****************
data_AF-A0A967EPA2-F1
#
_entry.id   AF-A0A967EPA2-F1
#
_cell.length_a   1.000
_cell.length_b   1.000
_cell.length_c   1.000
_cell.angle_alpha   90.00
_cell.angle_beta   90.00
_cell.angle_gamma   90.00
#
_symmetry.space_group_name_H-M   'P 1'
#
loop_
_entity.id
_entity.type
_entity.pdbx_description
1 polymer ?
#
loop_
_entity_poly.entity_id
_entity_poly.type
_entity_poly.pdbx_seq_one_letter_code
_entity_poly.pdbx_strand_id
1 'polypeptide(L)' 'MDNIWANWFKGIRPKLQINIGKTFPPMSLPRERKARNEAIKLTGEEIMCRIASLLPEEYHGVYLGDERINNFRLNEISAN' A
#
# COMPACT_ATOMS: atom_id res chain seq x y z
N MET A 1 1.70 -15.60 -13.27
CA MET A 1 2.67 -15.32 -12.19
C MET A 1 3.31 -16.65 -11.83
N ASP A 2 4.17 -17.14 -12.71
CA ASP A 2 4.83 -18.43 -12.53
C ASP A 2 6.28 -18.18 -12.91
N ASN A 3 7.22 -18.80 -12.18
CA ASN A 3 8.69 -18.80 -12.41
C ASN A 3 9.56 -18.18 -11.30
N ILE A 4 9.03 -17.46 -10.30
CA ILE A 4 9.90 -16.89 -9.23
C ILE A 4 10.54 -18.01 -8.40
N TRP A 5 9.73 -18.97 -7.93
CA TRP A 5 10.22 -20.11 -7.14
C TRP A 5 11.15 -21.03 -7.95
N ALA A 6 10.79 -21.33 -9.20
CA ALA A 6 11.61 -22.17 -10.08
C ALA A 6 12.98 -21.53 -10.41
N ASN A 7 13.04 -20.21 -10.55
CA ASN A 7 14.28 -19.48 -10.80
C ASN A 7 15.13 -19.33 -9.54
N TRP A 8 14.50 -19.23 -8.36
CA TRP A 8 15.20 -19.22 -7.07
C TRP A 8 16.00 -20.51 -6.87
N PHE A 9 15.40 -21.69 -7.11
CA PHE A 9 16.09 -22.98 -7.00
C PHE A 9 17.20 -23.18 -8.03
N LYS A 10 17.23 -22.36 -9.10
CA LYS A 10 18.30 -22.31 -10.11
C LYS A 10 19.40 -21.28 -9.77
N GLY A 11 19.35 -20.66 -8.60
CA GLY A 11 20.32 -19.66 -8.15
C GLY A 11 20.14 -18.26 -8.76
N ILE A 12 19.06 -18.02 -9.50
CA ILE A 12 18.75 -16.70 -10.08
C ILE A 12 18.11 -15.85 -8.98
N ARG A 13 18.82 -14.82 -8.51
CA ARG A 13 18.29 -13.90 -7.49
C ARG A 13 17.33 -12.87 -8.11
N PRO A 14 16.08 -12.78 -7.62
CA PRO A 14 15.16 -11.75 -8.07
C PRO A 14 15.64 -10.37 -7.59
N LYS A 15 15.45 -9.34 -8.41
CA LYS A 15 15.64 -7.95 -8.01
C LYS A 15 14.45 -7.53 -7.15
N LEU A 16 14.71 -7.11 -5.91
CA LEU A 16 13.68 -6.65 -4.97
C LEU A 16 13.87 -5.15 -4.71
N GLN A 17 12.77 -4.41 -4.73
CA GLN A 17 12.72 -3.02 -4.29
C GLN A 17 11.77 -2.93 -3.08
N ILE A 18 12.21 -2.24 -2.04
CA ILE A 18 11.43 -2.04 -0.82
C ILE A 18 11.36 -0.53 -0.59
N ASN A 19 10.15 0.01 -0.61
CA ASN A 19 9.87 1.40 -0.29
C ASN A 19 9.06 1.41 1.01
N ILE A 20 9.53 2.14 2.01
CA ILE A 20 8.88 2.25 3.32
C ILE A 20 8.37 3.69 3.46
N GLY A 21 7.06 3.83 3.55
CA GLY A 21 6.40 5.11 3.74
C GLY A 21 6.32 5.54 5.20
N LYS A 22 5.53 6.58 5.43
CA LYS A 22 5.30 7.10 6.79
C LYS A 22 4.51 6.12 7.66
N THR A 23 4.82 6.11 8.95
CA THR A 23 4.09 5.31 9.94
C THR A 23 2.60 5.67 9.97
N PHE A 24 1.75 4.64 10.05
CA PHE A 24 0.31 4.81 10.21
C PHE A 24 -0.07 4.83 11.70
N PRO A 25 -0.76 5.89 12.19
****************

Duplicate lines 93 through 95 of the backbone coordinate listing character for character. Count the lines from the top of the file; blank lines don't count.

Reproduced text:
C LYS A 22 4.51 6.12 7.66
N THR A 23 4.82 6.11 8.95
CA THR A 23 4.09 5.31 9.94